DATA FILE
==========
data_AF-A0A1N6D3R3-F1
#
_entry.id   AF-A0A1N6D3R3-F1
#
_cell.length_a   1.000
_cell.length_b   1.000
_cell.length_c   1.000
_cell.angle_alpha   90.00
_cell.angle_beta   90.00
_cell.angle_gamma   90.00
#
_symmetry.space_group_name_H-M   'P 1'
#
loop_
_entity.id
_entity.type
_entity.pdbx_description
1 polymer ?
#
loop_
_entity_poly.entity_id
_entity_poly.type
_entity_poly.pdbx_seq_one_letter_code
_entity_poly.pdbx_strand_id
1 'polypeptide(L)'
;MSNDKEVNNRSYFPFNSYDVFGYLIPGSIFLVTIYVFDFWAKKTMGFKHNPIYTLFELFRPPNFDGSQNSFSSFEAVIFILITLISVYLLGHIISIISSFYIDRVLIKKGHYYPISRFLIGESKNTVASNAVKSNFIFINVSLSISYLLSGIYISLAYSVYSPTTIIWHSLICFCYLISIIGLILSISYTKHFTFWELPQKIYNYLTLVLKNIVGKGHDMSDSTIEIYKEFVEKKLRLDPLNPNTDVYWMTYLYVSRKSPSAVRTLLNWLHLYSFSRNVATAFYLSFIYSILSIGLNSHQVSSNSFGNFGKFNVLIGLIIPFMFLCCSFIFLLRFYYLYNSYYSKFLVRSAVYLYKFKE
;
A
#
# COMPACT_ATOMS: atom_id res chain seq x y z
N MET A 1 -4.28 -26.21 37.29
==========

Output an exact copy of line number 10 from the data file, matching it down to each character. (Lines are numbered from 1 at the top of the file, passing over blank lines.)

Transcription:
_cell.angle_gamma   90.00